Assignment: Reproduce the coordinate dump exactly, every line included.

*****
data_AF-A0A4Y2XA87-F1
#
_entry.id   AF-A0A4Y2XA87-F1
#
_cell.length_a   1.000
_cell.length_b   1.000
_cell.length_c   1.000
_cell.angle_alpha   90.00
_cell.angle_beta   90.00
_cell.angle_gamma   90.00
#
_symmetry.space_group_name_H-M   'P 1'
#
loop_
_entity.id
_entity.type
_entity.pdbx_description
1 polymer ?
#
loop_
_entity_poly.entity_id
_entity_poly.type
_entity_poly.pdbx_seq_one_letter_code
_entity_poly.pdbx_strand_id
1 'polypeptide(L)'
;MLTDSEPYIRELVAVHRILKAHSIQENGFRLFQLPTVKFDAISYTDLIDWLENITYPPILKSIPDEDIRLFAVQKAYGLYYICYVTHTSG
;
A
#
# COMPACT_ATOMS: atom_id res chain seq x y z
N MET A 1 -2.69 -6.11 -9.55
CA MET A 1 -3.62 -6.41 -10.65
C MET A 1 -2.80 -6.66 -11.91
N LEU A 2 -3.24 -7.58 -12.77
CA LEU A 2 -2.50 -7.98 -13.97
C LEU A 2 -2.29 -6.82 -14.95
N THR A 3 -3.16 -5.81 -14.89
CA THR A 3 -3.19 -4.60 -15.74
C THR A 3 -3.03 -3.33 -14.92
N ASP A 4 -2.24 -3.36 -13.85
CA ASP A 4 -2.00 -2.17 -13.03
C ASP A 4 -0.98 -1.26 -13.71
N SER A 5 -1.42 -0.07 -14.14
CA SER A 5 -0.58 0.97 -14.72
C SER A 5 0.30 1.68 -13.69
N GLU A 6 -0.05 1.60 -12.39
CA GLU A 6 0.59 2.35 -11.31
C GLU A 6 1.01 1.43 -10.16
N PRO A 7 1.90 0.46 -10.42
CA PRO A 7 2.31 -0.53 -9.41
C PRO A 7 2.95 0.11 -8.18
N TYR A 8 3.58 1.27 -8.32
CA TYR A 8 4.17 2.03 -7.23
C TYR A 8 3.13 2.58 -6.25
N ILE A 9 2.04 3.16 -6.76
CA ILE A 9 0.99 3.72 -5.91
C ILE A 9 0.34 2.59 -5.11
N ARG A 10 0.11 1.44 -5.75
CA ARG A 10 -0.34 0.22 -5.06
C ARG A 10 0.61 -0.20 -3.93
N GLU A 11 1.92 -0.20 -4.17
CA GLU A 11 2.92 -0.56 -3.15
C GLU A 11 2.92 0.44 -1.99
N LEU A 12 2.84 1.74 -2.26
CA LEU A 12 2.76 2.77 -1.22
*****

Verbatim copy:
data_AF-A0A4Y2XA87-F1
#
_entry.id   AF-A0A4Y2XA87-F1
#
_cell.length_a   1.000
_cell.length_b   1.000
_cell.length_c   1.000
_cell.angle_alpha   90.00
_cell.angle_beta   90.00
_cell.angle_gamma   90.00
#
_symmetry.space_group_name_H-M   'P 1'
#
loop_
_entity.id
_entity.type
_entity.pdbx_description
1 polymer ?
#
loop_
_entity_poly.entity_id
_entity_poly.type
_entity_poly.pdbx_seq_one_letter_code
_entity_poly.pdbx_strand_id
1 'polypeptide(L)'
;MLTDSEPYIRELVAVHRILKAHSIQENGFRLFQLPTVKFDAISYTDLIDWLENITYPPILKSIPDEDIRLFAVQKAYGLYYICYVTHTSG
;
A
#
# COMPACT_ATOMS: atom_id res chain seq x y z
N MET A 1 -2.69 -6.11 -9.55
CA MET A 1 -3.62 -6.41 -10.65
C MET A 1 -2.80 -6.66 -11.91
N LEU A 2 -3.24 -7.58 -12.77
CA LEU A 2 -2.50 -7.98 -13.97
C LEU A 2 -2.29 -6.82 -14.95
N THR A 3 -3.16 -5.81 -14.89
CA THR A 3 -3.19 -4.60 -15.74
C THR A 3 -3.03 -3.33 -14.92
N ASP A 4 -2.24 -3.36 -13.85
CA ASP A 4 -2.00 -2.17 -13.03
C ASP A 4 -0.98 -1.26 -13.71
N SER A 5 -1.42 -0.07 -14.14
CA SER A 5 -0.58 0.97 -14.72
C SER A 5 0.30 1.68 -13.69
N GLU A 6 -0.05 1.60 -12.39
CA GLU A 6 0.59 2.35 -11.31
C GLU A 6 1.01 1.43 -10.16
N PRO A 7 1.90 0.46 -10.42
CA PRO A 7 2.31 -0.53 -9.41
C PRO A 7 2.95 0.11 -8.18
N TYR A 8 3.58 1.27 -8.32
CA TYR A 8 4.17 2.03 -7.23
C TYR A 8 3.13 2.58 -6.25
N ILE A 9 2.04 3.16 -6.76
CA ILE A 9 0.99 3.72 -5.91
C ILE A 9 0.34 2.59 -5.11
N ARG A 10 0.11 1.44 -5.75
CA ARG A 10 -0.34 0.22 -5.06
C ARG A 10 0.61 -0.20 -3.93
N GLU A 11 1.92 -0.20 -4.17
CA GLU A 11 2.92 -0.56 -3.15
C GLU A 11 2.92 0.44 -1.99
N LEU A 12 2.84 1.74 -2.26
CA LEU A 12 2.76 2.77 -1.22